New York – The Nigerian Independence Day Parade, an annual event held in the U.S., was inaugurated to help fight discrimination against Nigerians living in that country, an official said.

Mr Yinka Dansalami, Chairman, Organising Committee of the event, said in New York that the occasion, organised by Nigerians residing in the U.S., is to celebrate Nigeria’s independence, even in the face of all forms of discrimination meted out to them.

Nigerians all over the U.S. are gearing up for the 2017 edition of the event, which will hold on Saturday in New York.

Dansalami said: “We started this parade 26 years ago. When we first started it, it was because of issues that Nigerians were having in the United States.

“At that time, Nigeria and Nigerians were suffering seriously from negative stereotypes in the American media.

“Some of those issues were: we were unable to open bank accounts, we were unable to go to banks and we were being discriminated against.

“Actually I was a victim myself. I worked with the District Attorney office of Brooklyn at that time. So I needed to cash my cheque at City Bank so I gave them my Cheque.

“Then they said ‘where is your ID? I gave them my ID. Obviously they thought maybe I forged the ID, they sat me down; I was there for over 30 minutes.

“They would not call me, they would not cash my cheque for me and I was wondering what was going on.

“But the bottom line is: they still didn’t cash that cheque, they gave my ID back because they called around and then they gave me my cheque back, they would not explain why.

“That was part of the stereotypes we were going through during that time in the 1980s to 1990s and that was what actually prompted us to say we need to now showcase our culture.

“We need to now bring Nigerian image to the awareness of many people. So that’s how we started it to tell the world, who we are, not what they think we are.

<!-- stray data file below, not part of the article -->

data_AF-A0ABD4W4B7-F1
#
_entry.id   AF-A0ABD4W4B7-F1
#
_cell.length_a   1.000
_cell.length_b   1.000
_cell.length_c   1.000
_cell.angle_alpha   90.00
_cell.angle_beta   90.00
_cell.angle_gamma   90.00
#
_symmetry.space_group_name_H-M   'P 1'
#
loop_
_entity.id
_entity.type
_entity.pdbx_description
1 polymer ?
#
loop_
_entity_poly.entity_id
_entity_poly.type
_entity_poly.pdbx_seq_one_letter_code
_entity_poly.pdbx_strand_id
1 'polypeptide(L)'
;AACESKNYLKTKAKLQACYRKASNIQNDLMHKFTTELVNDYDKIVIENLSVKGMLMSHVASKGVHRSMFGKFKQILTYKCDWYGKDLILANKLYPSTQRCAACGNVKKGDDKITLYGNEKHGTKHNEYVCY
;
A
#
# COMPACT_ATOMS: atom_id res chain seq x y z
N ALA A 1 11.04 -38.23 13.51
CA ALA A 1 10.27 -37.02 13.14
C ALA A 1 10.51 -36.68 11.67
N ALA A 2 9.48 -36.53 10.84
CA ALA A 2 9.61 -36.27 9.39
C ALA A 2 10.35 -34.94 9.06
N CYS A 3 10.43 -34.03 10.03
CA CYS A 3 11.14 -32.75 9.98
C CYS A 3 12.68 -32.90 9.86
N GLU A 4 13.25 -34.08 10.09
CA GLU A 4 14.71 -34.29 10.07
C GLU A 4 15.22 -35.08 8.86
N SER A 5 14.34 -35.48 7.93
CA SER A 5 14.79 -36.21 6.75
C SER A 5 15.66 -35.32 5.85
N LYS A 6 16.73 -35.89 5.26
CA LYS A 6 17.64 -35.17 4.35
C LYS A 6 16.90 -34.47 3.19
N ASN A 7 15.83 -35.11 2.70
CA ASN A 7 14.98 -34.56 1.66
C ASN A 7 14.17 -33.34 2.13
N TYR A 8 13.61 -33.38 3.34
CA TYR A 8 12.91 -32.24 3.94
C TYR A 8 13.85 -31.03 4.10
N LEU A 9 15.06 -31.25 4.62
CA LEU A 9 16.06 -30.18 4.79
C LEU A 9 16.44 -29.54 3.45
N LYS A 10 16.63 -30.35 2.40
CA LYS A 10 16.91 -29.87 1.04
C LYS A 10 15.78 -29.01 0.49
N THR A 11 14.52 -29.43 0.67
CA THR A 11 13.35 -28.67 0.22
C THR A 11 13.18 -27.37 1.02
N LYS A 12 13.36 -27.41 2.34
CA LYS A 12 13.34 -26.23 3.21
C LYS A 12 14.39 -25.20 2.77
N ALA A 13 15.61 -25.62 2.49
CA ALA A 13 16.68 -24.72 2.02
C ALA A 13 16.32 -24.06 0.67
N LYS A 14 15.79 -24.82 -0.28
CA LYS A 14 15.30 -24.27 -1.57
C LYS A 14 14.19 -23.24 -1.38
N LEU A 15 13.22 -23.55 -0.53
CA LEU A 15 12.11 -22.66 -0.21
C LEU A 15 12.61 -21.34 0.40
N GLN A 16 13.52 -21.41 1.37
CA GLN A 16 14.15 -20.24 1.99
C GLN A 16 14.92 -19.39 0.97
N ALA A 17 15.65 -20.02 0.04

“We believe it is one event where we can actually talk about the image of Nigeria at the same time, showcase our culture and also to bring our youth together”.

He commended the support of then Nigeria’s Ambassadors to the UN, Prof. Ibrahim Gambari and Amb. Aminu Wali, and Consul-General of Nigeria Amb. Baba Abu.

“These were the people who had helped us to actually raise this Parade to another level because they trusted us; they realised what we were trying to do.

“They knew very well that this was not for our own benefit but for the benefit of Nigeria. We strongly believe that when we are talking about the image of Nigeria, this is where we should be focusing on.

“And we are glad that this is the largest so far of any African Parade in the United States. We are doing our best and we know we can do better,” he said.

He called on Nigerian artistes to support the Parade adding, they should be more than willing to come and actually show their patriotism for the love of Nigeria.

“They should see what we are doing instead of asking us for ridiculous amount of money to participate in our parade,” Dansalami said. (NAN)

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